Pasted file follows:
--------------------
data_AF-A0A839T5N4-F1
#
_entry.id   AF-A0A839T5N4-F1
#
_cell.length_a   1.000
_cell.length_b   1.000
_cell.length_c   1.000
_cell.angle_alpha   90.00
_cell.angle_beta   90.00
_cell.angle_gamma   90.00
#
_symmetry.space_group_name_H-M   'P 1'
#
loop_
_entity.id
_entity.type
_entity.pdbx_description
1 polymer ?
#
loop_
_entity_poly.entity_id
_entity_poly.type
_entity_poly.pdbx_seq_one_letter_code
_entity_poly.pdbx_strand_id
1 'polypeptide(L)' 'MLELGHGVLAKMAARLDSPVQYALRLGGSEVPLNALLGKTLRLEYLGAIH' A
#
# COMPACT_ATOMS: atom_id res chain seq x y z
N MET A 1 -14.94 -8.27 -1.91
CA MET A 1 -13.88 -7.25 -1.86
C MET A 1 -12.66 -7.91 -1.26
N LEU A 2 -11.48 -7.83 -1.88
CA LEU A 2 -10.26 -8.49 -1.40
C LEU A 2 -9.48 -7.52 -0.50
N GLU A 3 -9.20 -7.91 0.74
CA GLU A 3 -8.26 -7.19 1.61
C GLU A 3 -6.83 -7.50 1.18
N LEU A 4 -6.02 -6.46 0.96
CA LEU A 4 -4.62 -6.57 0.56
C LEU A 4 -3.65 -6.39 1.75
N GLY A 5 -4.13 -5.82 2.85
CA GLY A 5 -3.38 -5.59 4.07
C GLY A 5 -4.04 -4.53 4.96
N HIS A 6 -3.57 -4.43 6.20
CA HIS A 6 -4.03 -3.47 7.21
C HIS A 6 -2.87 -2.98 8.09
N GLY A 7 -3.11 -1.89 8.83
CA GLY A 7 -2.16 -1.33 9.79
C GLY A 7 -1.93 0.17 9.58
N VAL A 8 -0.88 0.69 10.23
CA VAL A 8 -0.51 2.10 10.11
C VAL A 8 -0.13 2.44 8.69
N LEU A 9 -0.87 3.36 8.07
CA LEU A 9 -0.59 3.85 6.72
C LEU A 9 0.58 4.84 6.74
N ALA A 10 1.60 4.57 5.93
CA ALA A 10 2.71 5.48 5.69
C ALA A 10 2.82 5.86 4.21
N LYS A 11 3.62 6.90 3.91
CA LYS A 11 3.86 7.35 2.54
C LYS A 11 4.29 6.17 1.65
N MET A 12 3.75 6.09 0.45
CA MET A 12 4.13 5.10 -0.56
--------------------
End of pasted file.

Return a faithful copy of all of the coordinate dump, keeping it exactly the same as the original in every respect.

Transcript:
data_AF-A0A839T5N4-F1
#
_entry.id   AF-A0A839T5N4-F1
#
_cell.length_a   1.000
_cell.length_b   1.000
_cell.length_c   1.000
_cell.angle_alpha   90.00
_cell.angle_beta   90.00
_cell.angle_gamma   90.00
#
_symmetry.space_group_name_H-M   'P 1'
#
loop_
_entity.id
_entity.type
_entity.pdbx_description
1 polymer ?
#
loop_
_entity_poly.entity_id
_entity_poly.type
_entity_poly.pdbx_seq_one_letter_code
_entity_poly.pdbx_strand_id
1 'polypeptide(L)' 'MLELGHGVLAKMAARLDSPVQYALRLGGSEVPLNALLGKTLRLEYLGAIH' A
#
# COMPACT_ATOMS: atom_id res chain seq x y z
N MET A 1 -14.94 -8.27 -1.91
CA MET A 1 -13.88 -7.25 -1.86
C MET A 1 -12.66 -7.91 -1.26
N LEU A 2 -11.48 -7.83 -1.88
CA LEU A 2 -10.26 -8.49 -1.40
C LEU A 2 -9.48 -7.52 -0.50
N GLU A 3 -9.20 -7.91 0.74
CA GLU A 3 -8.26 -7.19 1.61
C GLU A 3 -6.83 -7.50 1.18
N LEU A 4 -6.02 -6.46 0.96
CA LEU A 4 -4.62 -6.57 0.56
C LEU A 4 -3.65 -6.39 1.75
N GLY A 5 -4.13 -5.82 2.85
CA GLY A 5 -3.38 -5.59 4.07
C GLY A 5 -4.04 -4.53 4.96
N HIS A 6 -3.57 -4.43 6.20
CA HIS A 6 -4.03 -3.47 7.21
C HIS A 6 -2.87 -2.98 8.09
N GLY A 7 -3.11 -1.89 8.83
CA GLY A 7 -2.16 -1.33 9.79
C GLY A 7 -1.93 0.17 9.58
N VAL A 8 -0.88 0.69 10.23
CA VAL A 8 -0.51 2.10 10.11
C VAL A 8 -0.13 2.44 8.69
N LEU A 9 -0.87 3.36 8.07
CA LEU A 9 -0.59 3.85 6.72
C LEU A 9 0.58 4.84 6.74
N ALA A 10 1.60 4.57 5.93
CA ALA A 10 2.71 5.48 5.69
C ALA A 10 2.82 5.86 4.21
N LYS A 11 3.62 6.90 3.91
CA LYS A 11 3.86 7.35 2.54
C LYS A 11 4.29 6.17 1.65
N MET A 12 3.75 6.09 0.45
CA MET A 12 4.13 5.10 -0.56